Therapy for Celiac Disease Essay Discussion Paper
An 18 -year-old man complains of spending a small fortune on bathroom air fresheners over the past year. His main complaint however is a low volume but chronic, foul smelling diarrhea and increased gas for the past year. He has lost 10 pounds and no nausea or vomiting is present. On physical examination there is vague mild abdominal pain to palpation but no masses. Bowel sounds are active. His stool is negative for occult blood. Laboratory studies include a quantitative stool fat of 10 g/day.
1. What does this mean?
2. What is it called?
Upper GI endoscopy is performed with biopsies taken of the duodenum, and on microscopic examination show absence of villi, increased surface intraepithelial lymphocytes, and hyperplastic appearing crypts.
3. What do these findings suggest?
No bacteria or parasites are found in the biopsy tissues.
4. Why is this important?
5.What is his general diagnosis?
6. What could you do next to nail down his specific diagnosis? Be sure to think about the SPECIFIC PATHOPHYSIOLOGY occurring in this condition when considering a specific diagnosis.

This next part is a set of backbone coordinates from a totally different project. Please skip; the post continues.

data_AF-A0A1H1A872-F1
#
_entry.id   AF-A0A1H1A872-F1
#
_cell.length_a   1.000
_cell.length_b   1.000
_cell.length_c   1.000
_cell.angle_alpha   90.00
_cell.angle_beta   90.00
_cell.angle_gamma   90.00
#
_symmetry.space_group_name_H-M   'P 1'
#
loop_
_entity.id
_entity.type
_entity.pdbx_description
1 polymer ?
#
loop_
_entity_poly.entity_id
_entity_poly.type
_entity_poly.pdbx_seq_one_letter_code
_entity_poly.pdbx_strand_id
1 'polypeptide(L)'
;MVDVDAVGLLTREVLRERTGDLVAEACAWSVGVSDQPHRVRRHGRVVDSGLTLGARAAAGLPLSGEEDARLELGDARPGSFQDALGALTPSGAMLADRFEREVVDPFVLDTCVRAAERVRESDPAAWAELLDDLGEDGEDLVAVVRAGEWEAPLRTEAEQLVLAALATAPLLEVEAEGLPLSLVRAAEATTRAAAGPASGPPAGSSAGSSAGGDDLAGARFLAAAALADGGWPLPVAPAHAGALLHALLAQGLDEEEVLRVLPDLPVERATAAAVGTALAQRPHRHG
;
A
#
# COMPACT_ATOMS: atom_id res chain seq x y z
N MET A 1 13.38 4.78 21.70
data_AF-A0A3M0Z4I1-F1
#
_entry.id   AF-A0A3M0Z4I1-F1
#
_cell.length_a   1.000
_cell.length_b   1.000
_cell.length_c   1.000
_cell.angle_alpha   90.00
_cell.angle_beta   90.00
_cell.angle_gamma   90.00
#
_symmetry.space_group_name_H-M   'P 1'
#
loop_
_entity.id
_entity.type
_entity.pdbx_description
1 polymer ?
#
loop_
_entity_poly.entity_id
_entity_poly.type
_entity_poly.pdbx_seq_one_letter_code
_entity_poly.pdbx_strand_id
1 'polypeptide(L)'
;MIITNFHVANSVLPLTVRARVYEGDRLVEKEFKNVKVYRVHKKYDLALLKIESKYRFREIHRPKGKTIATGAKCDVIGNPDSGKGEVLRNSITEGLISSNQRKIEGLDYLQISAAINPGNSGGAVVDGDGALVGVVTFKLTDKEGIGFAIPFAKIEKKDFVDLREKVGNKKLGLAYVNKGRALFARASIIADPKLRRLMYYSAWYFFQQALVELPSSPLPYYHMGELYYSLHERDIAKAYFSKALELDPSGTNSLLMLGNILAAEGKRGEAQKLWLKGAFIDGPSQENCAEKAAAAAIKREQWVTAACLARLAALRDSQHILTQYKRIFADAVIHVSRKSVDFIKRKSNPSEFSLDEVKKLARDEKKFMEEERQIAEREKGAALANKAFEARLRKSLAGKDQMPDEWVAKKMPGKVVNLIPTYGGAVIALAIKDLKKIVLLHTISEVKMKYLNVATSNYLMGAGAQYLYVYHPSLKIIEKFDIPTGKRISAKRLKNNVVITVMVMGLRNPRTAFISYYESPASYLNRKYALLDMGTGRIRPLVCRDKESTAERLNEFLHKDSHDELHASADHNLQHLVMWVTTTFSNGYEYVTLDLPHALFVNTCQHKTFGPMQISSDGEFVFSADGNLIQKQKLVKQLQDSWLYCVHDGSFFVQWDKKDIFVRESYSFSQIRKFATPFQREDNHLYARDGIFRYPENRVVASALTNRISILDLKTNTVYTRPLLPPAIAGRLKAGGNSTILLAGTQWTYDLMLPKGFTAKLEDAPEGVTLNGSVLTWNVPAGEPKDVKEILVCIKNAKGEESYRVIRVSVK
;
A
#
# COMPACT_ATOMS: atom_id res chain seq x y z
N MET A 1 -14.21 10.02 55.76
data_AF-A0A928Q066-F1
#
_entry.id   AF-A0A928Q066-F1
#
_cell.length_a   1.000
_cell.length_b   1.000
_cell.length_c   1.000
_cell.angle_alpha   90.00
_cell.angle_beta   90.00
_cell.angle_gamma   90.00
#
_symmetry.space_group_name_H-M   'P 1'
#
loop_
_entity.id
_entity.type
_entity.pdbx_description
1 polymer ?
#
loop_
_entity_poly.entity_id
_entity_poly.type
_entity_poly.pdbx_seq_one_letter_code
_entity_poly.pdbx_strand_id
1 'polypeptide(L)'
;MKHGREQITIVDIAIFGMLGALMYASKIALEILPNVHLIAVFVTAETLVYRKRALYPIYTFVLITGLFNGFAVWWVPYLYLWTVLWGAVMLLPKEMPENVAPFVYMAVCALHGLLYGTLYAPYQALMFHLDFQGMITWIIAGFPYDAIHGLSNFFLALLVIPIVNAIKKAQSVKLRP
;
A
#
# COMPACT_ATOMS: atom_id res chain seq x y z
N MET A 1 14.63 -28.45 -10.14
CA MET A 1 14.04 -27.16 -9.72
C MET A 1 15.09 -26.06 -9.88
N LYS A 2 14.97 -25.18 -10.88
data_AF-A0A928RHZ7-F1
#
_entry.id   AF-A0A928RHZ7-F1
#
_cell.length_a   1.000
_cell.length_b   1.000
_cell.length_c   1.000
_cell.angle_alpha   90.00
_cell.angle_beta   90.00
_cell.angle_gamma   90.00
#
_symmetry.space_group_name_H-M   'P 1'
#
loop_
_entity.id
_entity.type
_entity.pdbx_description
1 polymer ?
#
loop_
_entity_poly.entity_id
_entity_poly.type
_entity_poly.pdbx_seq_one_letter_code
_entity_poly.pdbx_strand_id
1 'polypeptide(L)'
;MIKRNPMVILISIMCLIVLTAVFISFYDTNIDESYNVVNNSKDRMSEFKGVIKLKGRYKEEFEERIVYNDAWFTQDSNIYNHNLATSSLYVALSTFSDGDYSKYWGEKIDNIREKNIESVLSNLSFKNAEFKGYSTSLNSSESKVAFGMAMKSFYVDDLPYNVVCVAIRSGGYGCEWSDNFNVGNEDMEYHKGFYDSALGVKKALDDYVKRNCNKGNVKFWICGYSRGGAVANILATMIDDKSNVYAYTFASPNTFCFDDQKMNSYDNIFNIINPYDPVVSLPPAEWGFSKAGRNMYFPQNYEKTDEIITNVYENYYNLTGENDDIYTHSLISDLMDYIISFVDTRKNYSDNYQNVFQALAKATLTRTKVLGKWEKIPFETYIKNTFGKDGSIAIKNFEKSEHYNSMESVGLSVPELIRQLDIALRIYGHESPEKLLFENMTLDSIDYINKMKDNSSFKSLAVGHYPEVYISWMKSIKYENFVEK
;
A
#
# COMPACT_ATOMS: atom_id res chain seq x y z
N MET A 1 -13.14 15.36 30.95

7.What is his most likely diagnosis?
8.Which of the following therapies would likely be most useful to this man? Why? (10 pts.)
B Gluten-free diet
C Selective vagotomy
E Segmental duodenal resection
- A quantitative stool fat of 10 g/day means that the amount of fat in the patient’s stool is elevated, indicating malabsorption of fat in the intestine.
- The condition is called malabsorption syndrome.
- The findings on microscopic examination suggest damage to the lining of the small intestine, specifically the duodenum, which is responsible for absorbing nutrients from food. The absence of villi, increased surface intraepithelial lymphocytes, and hyperplastic appearing crypts are characteristic of celiac disease.
- The absence of bacteria or parasites in the biopsy tissues rules out infectious causes of malabsorption syndrome and supports a diagnosis of a non-infectious disorder.
- The general diagnosis is malabsorption syndrome, specifically celiac disease.
- To confirm the diagnosis of celiac disease, a blood test for anti-tissue transglutaminase antibodies and anti-endomysia antibodies can be done. These antibodies are typically elevated in patients with celiac disease. A small bowel biopsy can also be performed to examine the degree of damage to the small intestine.
- The most likely diagnosis is celiac disease, based on the patient’s symptoms, physical examination, laboratory studies, and biopsy findings.
- The most useful therapy for this man would be a gluten-free diet, as celiac disease is an autoimmune disorder triggered by gluten ingestion. Antibiotics, selective vagotomy, corticosteroids, and segmental duodenal resection would not be effective in treating celiac disease.